LEFTOVER NIGHT

By Lisa Huddleston

 

Doggy BagI love mid-week dinners, because we usually have some leftovers in the refrigerator, and I do not have to cook. It’s great! And such is the case tonight. When Chuck gets home from another long day of work, he will have his choice—as long as his choice is either chili or lasagna. Yes, I’m a big fan of leftovers!

 

And leftovers is exactly what struck me in this past Sunday’s sermon from Ruth 2. This is the chapter in which Ruth goes out to glean in Boaz’s field, and he serves her dinner. The air is thick with tension and mounting romance—as well as a special doggy bag to take home.

 

At mealtime Boaz told her, “Come over here and have some bread and dip it in the vinegar sauce.” So she sat beside the harvesters, and he offered her roasted grain. She ate and was satisfied and had some left overs. (v. 14)

 

I don’t know about you, but we Huddlestons always get a doggy bag when we have leftovers at a restaurant. Unfortunately, I usually accidentally leave it on the table or in my car and rarely get to enjoy them. But Ruth managed to make it home with her leftovers, and “she brought out what she had left over from her meal and gave it to [Naomi.]” (v. 18)

 

And all that thinking about leftovers reminded me of the many, many ways I have been blessed with more than I need. We have a house that used to shelter a family of five and now there could be only two of us to rattle around in it. Chuck has managed to work hard and consistently for many years to provide us with many material goods—lots of which has made its way to the basement over the years. And on and on. We are most certainly well-blessed.

 

And, I suppose, it would be okay for us to just sit on what we have—after all, God has given these things to us—but it definitely would not be the best way to live. I mean, we’ve all seen episodes of “Hoarders” on TV. It can get pretty gross if we keep everything we get.

 

No, I think Ruth really sets us a good example by what she does with her leftovers. She takes them and gives them to someone who has not. In this case, it’s her sure-to-be-hungry mother-in-law. And isn’t that what we all should do with our abundance?

 

Have a too-big house? Open it up to someone who needs a place to live. Have unused furniture in your basement? Give it to a young family who’s just starting out. Get a bonus for Christmas? Look around and see with whom God wants you to share it. Ruth knew those leftovers were not for her, and we can know the same thing if we’ll take the time to ask God where He wants it to go.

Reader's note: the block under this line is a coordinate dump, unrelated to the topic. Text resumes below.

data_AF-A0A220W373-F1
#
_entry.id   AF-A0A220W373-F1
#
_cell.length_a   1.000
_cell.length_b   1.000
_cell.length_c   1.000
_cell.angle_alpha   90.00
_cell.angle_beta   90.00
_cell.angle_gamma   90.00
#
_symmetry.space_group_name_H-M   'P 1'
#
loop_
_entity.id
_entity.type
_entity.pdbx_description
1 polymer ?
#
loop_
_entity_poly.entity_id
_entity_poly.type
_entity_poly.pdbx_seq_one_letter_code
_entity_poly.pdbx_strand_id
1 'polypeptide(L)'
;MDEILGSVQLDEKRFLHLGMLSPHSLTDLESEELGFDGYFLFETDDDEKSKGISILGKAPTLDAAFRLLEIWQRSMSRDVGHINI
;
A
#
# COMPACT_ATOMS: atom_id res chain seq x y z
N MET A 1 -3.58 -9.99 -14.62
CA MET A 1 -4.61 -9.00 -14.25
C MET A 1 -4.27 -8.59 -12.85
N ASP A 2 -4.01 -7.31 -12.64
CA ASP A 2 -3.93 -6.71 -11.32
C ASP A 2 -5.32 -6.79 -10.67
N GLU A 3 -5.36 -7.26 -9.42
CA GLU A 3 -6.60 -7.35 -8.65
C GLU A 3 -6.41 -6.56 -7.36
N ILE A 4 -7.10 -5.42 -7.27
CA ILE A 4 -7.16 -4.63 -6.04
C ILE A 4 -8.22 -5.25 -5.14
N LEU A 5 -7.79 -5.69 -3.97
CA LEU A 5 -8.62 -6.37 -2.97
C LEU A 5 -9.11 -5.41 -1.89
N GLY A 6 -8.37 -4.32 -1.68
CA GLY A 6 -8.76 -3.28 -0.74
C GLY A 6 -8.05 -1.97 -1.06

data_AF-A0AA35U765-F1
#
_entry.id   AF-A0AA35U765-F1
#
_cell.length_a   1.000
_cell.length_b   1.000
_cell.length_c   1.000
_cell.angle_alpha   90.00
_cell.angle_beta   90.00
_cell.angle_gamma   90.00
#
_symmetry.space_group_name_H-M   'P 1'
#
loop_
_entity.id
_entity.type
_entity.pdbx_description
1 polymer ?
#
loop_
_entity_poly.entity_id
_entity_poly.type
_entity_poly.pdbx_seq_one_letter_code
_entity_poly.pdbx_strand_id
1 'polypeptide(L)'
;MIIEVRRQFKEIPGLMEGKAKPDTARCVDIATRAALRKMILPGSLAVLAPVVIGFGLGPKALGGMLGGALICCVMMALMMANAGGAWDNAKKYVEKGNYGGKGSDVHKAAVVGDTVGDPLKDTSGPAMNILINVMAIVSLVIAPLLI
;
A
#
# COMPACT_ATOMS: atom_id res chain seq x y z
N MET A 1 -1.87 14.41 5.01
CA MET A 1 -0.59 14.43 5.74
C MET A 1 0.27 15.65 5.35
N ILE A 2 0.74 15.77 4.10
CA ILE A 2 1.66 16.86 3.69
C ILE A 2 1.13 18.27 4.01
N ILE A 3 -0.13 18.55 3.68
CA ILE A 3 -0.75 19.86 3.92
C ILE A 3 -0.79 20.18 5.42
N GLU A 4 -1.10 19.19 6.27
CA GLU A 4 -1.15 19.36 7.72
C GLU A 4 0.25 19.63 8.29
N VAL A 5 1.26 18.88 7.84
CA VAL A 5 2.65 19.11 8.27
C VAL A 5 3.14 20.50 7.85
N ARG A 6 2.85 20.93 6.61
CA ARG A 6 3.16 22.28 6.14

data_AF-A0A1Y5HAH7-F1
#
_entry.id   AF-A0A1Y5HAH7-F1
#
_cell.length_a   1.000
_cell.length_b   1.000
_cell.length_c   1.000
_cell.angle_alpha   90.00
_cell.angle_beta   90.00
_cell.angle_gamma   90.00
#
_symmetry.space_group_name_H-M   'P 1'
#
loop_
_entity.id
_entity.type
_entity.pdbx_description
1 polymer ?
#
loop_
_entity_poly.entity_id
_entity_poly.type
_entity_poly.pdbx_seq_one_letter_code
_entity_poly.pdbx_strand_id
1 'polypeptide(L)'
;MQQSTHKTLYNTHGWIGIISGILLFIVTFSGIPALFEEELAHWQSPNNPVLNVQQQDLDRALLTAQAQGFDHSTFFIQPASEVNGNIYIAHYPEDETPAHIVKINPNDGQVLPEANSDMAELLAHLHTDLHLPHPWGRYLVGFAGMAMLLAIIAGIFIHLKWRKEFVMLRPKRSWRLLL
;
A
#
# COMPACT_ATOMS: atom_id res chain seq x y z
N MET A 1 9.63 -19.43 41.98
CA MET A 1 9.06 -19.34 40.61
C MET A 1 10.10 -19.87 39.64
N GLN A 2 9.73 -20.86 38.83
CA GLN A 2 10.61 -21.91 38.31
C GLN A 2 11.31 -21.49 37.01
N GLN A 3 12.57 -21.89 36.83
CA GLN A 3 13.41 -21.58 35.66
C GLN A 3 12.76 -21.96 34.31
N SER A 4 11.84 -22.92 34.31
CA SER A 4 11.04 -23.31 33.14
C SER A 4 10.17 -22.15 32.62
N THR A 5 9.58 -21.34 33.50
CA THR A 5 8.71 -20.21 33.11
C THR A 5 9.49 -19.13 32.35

Yes, I love leftovers … I think I’ll choose lasagna tonight. No, maybe the chili. No, definitely lasagna. Or maybe I just have some of both.

 

Either way, I’m thankful for God’s provision—for and through ALL OF US!

REMEMBERING TO GIVE THANKS

Dad and me in 1961.

Dad and me in 1961.

By Lisa Huddleston

It’s been quite sometime since I’ve written–maybe the longest dry period since I started this blog. Much has been and is still going on in my head but much has not yet come together into clear thoughts that can be written down and then shared with others and so I have not made an attempt. It has felt pointless as it’s all been said before and there is nothing new under the sun or the moon or the stars.

But tonight is the night before Thanksgiving–not a good time to start writing as it is late and I am tired and we are expecting Chad, Heather, Nick, and Becky to come through the door any minute now and fill our empty and readied rooms so I may have to abort this half-hearted attempt at a post. But I want to and I need to take a moment to say that I am thankful.

My dad passed away just over a week ago and my head is swimming with muddled mysteries of life and death and afterlife and afterdeath. But I am thankful.

Ferguson is rioting and I am remembering my childhood and Detroit and dad’s being very very late that night and Martin Luther King, Jr. and fires on the news and rough stubble on a cold cheek when he would come in to kiss me good night. But I am thankful.

I am feeling disconnected and lonely and isolated and fearful but I know I have a wonderful blessing in the present in my husband and children and am considering that they chose to be “Team Lisa” during last weekend’s trip to my father’s memorial in Indiana and despite its being even worse than I feared they were with me. And I am thankful.